If a haiku is usually (mistakenly) thought of as a 3-line, 5-7-5 syllable poem, then the tanka would be a 5-line, 5-7-5-7-7 syllable poem. However, as with haiku, it's better to think of a tanka as a 5-line poem with 3 short lines (lines 2, 4, 5) and 2 very short lines (lines 1 and 3).
While imagery is still important in tanka, the form is a little more conversational than haiku at times. It also allows for the use of poetic devices such as metaphor and personification (2 big haiku no-no's).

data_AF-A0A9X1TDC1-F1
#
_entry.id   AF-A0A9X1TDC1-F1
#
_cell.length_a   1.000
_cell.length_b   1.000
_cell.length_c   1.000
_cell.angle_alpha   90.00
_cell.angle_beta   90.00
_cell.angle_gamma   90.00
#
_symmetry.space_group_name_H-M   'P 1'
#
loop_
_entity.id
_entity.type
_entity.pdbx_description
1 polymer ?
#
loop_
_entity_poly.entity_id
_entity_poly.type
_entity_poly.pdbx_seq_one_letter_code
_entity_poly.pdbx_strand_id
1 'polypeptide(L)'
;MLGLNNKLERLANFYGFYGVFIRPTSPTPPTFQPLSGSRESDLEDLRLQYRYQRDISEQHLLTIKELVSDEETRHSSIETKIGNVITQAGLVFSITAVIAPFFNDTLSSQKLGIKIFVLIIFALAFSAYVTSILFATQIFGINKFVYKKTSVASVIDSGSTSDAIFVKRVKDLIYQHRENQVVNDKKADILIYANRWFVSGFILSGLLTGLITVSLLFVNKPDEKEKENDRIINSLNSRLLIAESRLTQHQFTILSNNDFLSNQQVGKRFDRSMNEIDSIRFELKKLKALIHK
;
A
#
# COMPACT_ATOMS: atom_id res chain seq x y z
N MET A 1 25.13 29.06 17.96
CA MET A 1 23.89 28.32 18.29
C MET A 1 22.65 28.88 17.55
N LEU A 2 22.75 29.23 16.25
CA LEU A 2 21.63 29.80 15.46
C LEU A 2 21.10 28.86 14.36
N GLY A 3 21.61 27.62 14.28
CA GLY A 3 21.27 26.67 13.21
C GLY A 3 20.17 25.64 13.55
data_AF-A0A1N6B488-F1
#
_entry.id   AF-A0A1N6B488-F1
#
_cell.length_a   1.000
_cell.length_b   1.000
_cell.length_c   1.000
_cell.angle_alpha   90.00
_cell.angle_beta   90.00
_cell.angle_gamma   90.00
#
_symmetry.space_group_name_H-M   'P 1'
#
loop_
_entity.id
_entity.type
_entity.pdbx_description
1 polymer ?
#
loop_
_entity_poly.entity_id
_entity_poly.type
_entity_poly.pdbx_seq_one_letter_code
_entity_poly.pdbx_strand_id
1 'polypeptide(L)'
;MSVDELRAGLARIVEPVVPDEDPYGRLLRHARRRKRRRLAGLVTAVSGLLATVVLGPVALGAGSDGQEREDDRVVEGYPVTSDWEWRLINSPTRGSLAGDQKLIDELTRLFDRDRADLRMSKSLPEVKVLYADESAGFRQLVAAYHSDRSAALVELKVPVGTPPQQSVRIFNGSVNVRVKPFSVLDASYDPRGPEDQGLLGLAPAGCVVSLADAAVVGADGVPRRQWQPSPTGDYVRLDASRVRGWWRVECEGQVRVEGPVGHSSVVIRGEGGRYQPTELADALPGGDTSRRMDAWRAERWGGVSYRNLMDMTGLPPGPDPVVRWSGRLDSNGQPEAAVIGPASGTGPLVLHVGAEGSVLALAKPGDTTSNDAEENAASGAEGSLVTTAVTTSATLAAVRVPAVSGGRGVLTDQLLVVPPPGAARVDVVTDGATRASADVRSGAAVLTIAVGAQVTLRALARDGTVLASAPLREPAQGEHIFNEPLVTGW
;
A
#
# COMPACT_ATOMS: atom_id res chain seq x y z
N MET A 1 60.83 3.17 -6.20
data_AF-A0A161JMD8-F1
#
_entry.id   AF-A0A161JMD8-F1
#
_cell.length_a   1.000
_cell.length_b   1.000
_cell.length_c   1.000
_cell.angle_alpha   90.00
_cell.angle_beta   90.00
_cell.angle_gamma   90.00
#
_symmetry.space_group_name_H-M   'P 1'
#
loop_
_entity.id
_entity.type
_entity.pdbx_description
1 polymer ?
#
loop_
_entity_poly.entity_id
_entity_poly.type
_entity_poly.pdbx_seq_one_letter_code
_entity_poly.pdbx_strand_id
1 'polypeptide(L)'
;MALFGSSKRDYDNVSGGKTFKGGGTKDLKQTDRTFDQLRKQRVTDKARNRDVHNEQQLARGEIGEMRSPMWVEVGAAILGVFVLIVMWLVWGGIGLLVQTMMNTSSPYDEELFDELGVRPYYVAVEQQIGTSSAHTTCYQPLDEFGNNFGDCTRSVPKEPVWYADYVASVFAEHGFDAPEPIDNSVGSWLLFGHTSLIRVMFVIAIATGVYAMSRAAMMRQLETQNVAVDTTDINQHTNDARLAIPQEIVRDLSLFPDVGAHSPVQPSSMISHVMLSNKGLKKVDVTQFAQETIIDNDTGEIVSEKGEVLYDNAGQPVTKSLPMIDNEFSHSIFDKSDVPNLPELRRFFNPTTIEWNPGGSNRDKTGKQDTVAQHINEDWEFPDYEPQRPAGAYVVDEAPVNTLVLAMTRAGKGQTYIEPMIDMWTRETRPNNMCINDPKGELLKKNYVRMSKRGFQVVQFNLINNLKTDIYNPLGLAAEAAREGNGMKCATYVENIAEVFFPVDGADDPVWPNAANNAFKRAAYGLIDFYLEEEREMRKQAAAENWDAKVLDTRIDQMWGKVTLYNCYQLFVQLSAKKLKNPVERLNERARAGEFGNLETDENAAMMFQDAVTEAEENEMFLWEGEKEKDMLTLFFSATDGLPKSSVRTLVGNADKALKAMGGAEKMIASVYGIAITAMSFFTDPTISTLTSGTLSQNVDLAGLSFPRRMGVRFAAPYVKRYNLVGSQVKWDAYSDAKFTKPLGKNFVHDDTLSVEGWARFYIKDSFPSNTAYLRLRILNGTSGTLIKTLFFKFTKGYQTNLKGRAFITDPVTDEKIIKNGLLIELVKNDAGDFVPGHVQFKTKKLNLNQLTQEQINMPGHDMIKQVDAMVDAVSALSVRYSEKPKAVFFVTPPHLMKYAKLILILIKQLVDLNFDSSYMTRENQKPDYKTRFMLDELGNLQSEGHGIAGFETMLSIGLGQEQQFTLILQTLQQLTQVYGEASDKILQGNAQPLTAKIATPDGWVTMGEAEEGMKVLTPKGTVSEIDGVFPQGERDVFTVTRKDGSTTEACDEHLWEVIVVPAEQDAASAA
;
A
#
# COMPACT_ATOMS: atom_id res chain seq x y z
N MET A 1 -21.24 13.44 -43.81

Like haiku, tanka is a Japanese poetic form.
Play with poetic forms!
Poetic forms are fun poetic games, and this digital guide collects more than 100 poetic forms, including more established poetic forms (like sestinas and sonnets) and newer invented forms (like golden shovels and fibs).
While I'm sure there are problems with my attempt, here is my tanka attempt, which you can use as an example of the form:
turn circles in my head
as I think of her hand
turning the world inside out
Here are some other online tanka resources: